Presidenti i Republikës së Shqipërisë

IMG 2492


Speech of President Begaj at the Institute of History on the occasion of the publication of the five-volume work “The History of the Albanians During the 20th Century”

Esteemed professors and researchers,

Dear Afrim,

Ladies and gentlemen,

I thank you for the opportunity to speak before you on the occasion of the publication of “The History of the Albanians During the 20th Century”. Your work is the result of many years of voluminous and courageous work by a tireless team of researchers.

The work “The History of the Albanians During the 20th Century” has brought many innovations, but I would like to focus on two or three of them, without diminishing the importance of the others:

Firstly, it involves the use of new archival sources, which will help in creating a more comprehensive historical panorama. Without such a variety, history remains not only incomplete in information but also lacking in creating a complete national narrative.

Secondly, it touches on the inclusion of historians not just from Albania, but also from Kosova, Macedonia, and the Diaspora. Their support is vital for scientific research and study today and in the future. History may be influenced by all, but it gains proper significance when written by historians, who ensure not just the application of the scientific method but also objectivity and integrity.

Thirdly, it relates to the interaction with other research institutions. If you allow me an analogy: “History” is like a sculpture, which to know it, you must view it from different perspectives. It indeed can be written by historians, but it requires the contribution of researchers from various fields. As important as political events are in understanding certain situations, they remain as individual threads if not taken as part of the totality of a nation’s development where art, culture, language, and customs play their irreplaceable role.

I say this bearing in mind that history plays a decisive role in forming and preserving our people’s identity, as it is not simply a collection of facts and events from the past, but it is the very essence of what we are as individuals, as a community, and as a nation.

As the largest archive of lessons from the past, history provides us the opportunity not to repeat the mistakes of the past but to build a future based on past successes and positive experiences.

Researching our history should not be limited to assessing historical facts “for their own sake” in a specific period, but also their meaning, as visible history is expression, a sign, and the embodiment of our people’s spirit, of a people who, despite the challenges of history, have managed to preserve their identity, conveying deeply humane values. The house of God and the friend may have been poor, but it has always been generous, proud, and organically connected to its lands.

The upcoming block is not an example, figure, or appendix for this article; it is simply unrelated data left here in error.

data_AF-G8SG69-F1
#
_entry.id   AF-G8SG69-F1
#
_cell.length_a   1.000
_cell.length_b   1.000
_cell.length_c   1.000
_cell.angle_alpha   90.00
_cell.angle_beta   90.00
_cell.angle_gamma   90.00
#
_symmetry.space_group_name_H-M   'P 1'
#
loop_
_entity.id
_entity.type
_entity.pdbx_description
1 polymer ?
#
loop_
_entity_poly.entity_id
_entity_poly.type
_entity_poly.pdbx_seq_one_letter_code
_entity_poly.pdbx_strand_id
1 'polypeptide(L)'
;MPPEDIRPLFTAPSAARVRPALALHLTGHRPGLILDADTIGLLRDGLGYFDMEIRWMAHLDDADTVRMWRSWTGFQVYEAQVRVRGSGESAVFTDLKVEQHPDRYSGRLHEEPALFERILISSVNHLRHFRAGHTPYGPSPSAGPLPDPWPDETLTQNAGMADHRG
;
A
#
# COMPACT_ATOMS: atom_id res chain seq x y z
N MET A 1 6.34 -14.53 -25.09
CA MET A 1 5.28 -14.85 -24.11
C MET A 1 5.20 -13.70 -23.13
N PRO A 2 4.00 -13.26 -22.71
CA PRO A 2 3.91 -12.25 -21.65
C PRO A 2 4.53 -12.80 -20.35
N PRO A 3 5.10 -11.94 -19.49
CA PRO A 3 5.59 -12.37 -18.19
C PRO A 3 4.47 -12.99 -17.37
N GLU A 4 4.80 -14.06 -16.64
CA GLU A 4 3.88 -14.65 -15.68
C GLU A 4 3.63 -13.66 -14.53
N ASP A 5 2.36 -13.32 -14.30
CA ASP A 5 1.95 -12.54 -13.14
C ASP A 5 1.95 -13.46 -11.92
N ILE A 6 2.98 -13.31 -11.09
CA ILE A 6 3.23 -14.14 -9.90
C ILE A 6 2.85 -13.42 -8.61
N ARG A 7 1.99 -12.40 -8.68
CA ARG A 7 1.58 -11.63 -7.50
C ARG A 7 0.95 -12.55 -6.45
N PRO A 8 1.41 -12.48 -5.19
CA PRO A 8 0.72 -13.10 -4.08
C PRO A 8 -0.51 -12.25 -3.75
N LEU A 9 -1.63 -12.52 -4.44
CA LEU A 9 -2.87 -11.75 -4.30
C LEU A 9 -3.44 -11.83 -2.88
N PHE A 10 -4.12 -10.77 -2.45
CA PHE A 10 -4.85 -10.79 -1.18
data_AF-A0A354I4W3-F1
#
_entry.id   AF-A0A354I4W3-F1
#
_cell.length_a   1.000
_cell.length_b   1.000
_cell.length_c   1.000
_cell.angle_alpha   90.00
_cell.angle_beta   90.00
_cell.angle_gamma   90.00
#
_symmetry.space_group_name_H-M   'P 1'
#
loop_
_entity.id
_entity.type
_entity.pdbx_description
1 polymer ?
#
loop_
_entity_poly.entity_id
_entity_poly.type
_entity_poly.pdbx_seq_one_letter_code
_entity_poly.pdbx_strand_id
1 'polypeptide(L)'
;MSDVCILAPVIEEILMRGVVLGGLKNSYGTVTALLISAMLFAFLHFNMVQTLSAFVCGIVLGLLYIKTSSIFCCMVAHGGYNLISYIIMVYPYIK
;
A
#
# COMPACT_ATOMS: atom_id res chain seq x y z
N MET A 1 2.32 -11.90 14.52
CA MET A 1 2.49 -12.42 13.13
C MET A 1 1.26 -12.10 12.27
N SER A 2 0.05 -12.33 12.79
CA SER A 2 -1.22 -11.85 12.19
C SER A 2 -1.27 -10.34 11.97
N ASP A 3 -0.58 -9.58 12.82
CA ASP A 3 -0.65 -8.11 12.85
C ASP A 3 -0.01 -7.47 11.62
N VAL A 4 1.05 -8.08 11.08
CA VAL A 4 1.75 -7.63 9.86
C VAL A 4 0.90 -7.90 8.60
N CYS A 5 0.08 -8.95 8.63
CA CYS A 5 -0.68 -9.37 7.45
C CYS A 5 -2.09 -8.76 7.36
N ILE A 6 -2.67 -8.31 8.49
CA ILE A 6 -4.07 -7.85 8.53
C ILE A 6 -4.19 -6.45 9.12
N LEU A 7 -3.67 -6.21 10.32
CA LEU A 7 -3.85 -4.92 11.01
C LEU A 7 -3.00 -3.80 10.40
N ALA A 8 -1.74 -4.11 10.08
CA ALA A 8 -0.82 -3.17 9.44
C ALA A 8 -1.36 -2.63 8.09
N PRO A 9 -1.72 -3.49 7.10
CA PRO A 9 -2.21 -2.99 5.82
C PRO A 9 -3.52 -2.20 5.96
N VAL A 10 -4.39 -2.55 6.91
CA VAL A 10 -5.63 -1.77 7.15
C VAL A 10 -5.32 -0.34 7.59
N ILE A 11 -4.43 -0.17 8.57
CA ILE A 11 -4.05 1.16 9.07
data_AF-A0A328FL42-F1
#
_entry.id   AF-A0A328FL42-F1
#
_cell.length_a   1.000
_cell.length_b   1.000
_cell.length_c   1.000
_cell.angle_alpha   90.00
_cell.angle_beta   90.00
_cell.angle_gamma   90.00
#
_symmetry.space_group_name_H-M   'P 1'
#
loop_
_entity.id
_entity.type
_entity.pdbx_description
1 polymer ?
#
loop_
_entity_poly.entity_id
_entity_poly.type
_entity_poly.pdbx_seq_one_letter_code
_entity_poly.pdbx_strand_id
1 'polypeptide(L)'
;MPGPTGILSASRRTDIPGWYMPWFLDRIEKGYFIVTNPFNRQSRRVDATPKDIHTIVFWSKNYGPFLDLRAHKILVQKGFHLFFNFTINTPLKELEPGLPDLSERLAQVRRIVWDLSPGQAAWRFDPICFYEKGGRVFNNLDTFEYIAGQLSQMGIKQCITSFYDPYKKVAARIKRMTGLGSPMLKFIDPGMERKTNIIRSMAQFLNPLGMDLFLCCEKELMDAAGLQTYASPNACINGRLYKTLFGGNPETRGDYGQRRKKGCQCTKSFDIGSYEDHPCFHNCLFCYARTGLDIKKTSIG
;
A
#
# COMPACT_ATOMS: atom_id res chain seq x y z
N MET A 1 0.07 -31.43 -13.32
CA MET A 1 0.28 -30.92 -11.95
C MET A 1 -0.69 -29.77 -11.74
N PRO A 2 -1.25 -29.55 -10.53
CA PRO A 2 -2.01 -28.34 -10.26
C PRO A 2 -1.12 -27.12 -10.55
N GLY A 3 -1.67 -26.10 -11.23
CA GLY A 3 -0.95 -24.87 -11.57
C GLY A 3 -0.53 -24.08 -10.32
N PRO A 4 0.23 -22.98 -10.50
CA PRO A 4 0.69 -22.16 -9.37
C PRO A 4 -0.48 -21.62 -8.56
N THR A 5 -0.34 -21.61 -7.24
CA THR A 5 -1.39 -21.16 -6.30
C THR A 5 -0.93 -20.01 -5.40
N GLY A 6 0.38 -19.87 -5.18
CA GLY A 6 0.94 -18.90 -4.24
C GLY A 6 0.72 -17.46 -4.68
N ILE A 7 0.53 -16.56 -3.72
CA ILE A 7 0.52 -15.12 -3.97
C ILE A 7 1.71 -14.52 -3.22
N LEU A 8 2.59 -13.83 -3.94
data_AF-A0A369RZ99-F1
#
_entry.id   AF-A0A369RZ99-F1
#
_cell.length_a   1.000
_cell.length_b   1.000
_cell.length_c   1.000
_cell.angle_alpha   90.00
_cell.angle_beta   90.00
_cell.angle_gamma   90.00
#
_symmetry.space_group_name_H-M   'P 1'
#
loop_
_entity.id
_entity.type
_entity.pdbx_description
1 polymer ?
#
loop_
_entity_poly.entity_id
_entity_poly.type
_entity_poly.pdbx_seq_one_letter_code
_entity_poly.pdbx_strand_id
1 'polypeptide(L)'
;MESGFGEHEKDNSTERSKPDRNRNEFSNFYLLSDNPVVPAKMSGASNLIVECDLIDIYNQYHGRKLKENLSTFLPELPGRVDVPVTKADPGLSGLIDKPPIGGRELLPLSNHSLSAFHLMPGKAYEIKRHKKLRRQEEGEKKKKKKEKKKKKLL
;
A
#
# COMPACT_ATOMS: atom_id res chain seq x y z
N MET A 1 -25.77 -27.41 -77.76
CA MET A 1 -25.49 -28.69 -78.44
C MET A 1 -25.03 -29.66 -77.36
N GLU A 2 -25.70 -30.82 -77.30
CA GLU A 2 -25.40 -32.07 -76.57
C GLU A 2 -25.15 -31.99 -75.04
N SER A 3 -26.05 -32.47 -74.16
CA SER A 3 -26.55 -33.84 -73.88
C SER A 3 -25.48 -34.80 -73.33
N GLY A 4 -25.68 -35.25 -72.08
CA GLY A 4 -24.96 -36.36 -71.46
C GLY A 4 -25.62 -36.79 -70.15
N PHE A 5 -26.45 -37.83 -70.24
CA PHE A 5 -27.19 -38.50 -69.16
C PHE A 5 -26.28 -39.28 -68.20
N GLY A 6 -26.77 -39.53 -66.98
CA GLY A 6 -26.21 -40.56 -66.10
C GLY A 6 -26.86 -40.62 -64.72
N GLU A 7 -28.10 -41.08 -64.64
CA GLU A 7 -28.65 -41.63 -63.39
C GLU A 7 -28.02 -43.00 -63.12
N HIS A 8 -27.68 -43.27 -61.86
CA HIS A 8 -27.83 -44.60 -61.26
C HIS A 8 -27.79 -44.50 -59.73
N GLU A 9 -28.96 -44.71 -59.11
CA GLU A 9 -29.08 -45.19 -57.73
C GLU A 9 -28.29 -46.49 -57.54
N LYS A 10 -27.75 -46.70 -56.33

Our relationship with the past has not been easy, therefore, the accurate and uncomplex writing of history in general, and of the second half of the 20th century in particular, is important:

Because we went through one of the darkest periods, where not just the history but also the spirit of the Albanian was deformed. As At Zef Pllumi once wrote, “Live Only to Tell,” we must not forget what happened and we must not minimize it by relativizing evil. We must ensure that the past is not repeated, hence memory is important.

You cannot have a future without knowing your history. In this context, our journey towards Europe takes on a special meaning. In a way, it is a return to origin, therefore it is important that the accurate narrative of our nation is seen in the light of our historical efforts to build a just society with a European spirit. Of course, we have had obstacles and deviations along the way, but the course is clear, and we are determined in our destination towards democratic Europe.

In conclusion, I want to express my support for your tireless and strategically important work for our nation. I appreciate your contribution in particular, and the science of Albanology in general, and I understand the difficulties you face, especially today, in the time of the market economy, hence the importance of ensuring sufficient funding for projects that extend beyond the present and immediate needs.

A few weeks ago, I visited Calabria for the first time, where I met with the Arbëresh brothers and sisters. I have no words to describe the emotions I felt and the respect for that organic part of Albanianism, which has managed to preserve values and traditions for almost 6 centuries. There, the weight of history was truly understood and how much work is needed to preserve identity and pass it on to the following generations. The Arbëresh, over the centuries, have wisely valued that the past is not a matter of conformity or comfort, but a matter of pride in what you have been and what you are. In this prism, we have a lot to learn from them.

I thank you once again for your extraordinary work, the dedication of each of you, and of the Institute of History, which continues to demonstrate professionalism in fulfilling a mission that transcends the geographical boundaries of our country!

Thank you!